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Saturday, July 18, 2009

Smoking at the American Legion

Sometimes issues can get so confusing. I would love to give you a little background on one for this blog entry. My dad sold cigarettes for R.J. Reynolds Tobacco Company for thirty years. I grew up with a family of smokers: my dad, my mother, and my brother (Dad is deceased, and both Mom and Brother have quit smoking.) When I was very young, my dad had me promise him I would not smoke until I was at least 21 years old. I didn't and never have smoked, and I am now 58.

I also am a member of a local American Legion Post that banned smoking when a new Ohio law went into effect. I was very proud of our post for committing to the stand, but just recently (due to loss of revenue) the post started smoking despite the ban. I must admit I have some selfish reasons for my stand, but I hate the smoke: health concerns, eye irritation, odor on clothes, lack of mannerly consideration for others. Let me take you through the issue.

Ohio voters approved the indoor smoking ban in November 2006, making Ohio the first Midwestern state and the first tobacco-growing state to enact such a ban. Under certain conditions, private residences; family-owned businesses without non-family employees; certain areas of nursing homes; outdoor patios; and some retail tobacco stores are exempt. By low, all other establishments must obey the ban.

The penalties for breaking the law follow. Businesses: Warning letter, first violation; $100, second violation; $500, third violation; $1,000, fourth violation; and $2,500, fifth and subsequent violations. Note: fines may be doubled for intentional violations at the discretion of the enforcement entity and may be assessed on a daily basis for continuing violations. Individuals: Warning letter; first violation; $100, second and subsequent violations. The retaliation against the Complainant is outlined: Warning letter, first violation; $1,000, second violation; $2,500 third and subsequent violations.

The proprietors' obligations under the smoking ban are essentially threefold: (1) prohibit smoking, (2) remove all ashtrays and other smoking receptacles, and (3) post No-Smoking signs with the toll-free enforcement number 1-866-559-OHIO (6446).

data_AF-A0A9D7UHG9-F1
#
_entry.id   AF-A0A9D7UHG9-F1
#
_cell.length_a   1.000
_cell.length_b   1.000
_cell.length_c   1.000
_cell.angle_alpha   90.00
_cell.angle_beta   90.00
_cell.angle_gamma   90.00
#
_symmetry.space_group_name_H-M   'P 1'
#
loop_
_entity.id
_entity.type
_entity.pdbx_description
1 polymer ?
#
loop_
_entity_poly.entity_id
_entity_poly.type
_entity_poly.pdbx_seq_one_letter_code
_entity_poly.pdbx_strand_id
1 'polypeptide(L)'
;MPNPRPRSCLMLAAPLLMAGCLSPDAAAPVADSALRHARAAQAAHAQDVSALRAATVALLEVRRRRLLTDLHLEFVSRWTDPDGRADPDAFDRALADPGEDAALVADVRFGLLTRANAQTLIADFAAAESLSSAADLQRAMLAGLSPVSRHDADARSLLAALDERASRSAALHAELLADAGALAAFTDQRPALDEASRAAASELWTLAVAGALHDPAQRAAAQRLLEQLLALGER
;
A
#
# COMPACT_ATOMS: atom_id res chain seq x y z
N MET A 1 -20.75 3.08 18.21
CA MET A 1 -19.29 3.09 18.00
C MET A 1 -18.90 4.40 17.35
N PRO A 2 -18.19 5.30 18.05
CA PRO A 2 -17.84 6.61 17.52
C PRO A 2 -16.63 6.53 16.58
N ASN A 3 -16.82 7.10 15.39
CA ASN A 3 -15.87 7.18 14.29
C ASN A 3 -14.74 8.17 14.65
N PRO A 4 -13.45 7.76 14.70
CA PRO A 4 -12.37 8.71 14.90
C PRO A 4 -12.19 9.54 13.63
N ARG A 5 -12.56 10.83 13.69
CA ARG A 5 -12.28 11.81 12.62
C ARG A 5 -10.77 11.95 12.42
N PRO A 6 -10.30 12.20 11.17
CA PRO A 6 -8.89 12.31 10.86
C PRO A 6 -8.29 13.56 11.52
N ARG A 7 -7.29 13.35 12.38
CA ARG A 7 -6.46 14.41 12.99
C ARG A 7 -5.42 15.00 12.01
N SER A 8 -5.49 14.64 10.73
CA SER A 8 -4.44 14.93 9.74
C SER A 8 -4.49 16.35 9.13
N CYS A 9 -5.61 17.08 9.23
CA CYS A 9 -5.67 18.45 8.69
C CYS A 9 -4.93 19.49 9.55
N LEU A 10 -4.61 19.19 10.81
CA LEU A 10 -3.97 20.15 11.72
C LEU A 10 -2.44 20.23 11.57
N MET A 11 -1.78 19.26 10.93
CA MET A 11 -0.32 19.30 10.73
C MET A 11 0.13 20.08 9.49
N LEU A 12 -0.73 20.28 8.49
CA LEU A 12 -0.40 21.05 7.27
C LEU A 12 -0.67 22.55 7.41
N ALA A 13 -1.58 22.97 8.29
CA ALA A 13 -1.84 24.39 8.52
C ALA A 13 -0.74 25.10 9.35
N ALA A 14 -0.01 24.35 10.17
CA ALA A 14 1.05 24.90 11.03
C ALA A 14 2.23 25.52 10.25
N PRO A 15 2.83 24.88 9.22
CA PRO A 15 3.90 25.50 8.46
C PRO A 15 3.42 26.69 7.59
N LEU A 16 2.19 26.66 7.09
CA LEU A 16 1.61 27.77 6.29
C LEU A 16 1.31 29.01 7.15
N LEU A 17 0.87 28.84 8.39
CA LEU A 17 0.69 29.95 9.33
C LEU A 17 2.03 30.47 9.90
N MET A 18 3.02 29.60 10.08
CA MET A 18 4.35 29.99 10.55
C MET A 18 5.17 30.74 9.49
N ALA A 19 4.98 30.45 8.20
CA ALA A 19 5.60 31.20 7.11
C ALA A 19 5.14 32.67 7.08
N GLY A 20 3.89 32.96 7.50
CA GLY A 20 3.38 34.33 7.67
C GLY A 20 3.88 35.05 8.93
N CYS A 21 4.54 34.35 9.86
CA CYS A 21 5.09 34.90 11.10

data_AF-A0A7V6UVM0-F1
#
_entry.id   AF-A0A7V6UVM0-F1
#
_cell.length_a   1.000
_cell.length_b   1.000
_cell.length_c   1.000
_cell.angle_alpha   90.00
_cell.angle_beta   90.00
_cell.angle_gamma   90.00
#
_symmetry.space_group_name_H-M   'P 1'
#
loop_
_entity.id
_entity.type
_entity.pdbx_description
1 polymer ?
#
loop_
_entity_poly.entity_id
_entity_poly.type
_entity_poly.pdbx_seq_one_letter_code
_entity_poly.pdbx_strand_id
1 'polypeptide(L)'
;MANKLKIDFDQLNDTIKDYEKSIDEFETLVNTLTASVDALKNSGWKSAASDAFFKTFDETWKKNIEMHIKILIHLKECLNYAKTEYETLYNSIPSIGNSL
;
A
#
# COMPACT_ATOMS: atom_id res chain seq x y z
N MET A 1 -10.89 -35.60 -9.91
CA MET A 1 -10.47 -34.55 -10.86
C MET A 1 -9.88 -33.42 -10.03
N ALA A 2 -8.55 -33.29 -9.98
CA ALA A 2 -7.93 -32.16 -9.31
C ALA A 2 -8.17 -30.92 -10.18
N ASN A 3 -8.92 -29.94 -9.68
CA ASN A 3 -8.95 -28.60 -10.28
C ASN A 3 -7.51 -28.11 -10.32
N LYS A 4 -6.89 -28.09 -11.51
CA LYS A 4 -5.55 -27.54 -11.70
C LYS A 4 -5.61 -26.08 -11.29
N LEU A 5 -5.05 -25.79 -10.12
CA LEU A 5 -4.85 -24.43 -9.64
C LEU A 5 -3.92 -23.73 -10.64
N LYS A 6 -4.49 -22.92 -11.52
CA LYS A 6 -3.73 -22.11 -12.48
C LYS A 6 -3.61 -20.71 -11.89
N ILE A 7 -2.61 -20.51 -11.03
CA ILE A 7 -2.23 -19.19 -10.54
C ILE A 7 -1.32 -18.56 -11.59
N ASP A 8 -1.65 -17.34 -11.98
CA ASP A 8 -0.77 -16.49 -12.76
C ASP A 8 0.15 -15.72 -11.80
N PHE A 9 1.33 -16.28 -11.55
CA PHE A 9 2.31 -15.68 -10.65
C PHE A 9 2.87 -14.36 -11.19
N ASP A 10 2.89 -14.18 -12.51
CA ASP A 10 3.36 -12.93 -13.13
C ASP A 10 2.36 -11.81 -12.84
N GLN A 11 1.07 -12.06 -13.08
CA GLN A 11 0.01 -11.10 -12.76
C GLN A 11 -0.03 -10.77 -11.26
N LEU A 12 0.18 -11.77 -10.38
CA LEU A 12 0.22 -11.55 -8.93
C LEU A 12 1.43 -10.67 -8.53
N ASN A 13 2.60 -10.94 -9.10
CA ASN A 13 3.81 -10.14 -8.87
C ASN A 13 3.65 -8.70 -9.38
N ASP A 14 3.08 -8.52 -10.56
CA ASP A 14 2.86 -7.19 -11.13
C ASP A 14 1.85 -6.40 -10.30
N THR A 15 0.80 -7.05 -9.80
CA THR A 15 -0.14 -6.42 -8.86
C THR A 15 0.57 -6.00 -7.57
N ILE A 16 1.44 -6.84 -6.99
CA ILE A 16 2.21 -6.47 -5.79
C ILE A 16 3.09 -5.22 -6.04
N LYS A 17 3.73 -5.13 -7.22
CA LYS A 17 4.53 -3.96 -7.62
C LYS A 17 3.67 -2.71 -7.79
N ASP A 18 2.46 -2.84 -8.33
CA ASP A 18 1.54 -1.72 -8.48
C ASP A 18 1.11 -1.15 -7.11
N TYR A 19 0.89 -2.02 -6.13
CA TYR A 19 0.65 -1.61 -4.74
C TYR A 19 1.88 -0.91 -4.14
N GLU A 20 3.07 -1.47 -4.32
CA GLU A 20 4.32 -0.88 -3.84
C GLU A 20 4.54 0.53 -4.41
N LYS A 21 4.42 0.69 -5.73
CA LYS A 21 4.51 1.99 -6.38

Many people complain that Issue 5 was written so ambiguously that many people became confused and voted contrary to their will in 2006. Although public attention to the issue was hammered months before the election, evidently, some did not understand the far-reaching effects of the smoking ban. I have never heard of another issue turned law refuted with ignorance.

According to legion officials where I attend, the ban is costing them business and quite frankly intruding on their ability to run their own business and their own post. Many legion members feel that since they fought for the freedoms of all, only to come home to the slow but steady erosion of their own freedoms, they should be able to smoke in their own clubs. In fact, many were introduced to smoking in the service and actually blame the government for their habit. Maybe some angry veterans should tilt with federal, not state, government policy.

Would it surprise people to know that currently the U.S. military is handing out a sample pack of cigarettes to Iraqis. The packs contain a phone number citizens can use to report on terrorist activities. No brand or source of the cigarettes was mentioned. And, the long-standing military tradition of cheap cigarettes in military stores persists because of politics in the U.S. military sales system and tobacco industry pressures, according to ABC Television and a new UCSF study. Researchers Ruth Malone, RN, PhD, and Elizabeth Smith, PhD, say a big part of the problem is the cheap cigarettes made available to our service men and women.

One legion member put the smoking ban rather bluntly: "The handwriting is on the wall. This is knee-jerk anti-smokers who never paid the price to belong here." The underlying intent is "Let them go somewhere else," a comment especially pointed at members of the Sons of the American Legion and the Ladies Auxiliary, two legion service groups that did not enter actual service. "The price" refers to smoking American Legion card holders per se.

Reportedly, the legion bar I attend is losing considerable money to other establishments across town that refuse to enforce the smoking ban. Many of these people are gamblers and smokers who play Ohio Keno and buy instant rip tickets from the establishment. They can easily enter another legion in town that has never enforced the ban and do their gambling, smoking, and drinking.

In fact, most other clubs in the area have defied the smoking ban. At my legion, until recently, smoking had been allowed only outside the building, but recently that policy changed. The board decided to allow smoking again in the bar as a necessity to continue operations. People continue to smoke unless the facility opens events to serve meals (during certain hours) to the general public. They are not allowed to use regular ashtrays, but pay $1.00 for a can to dispose of their ashes. Evidently, ashtrays are too incriminating to display. Rather odd logic -- defy the law with conditions? Shame on them a lot and us a little?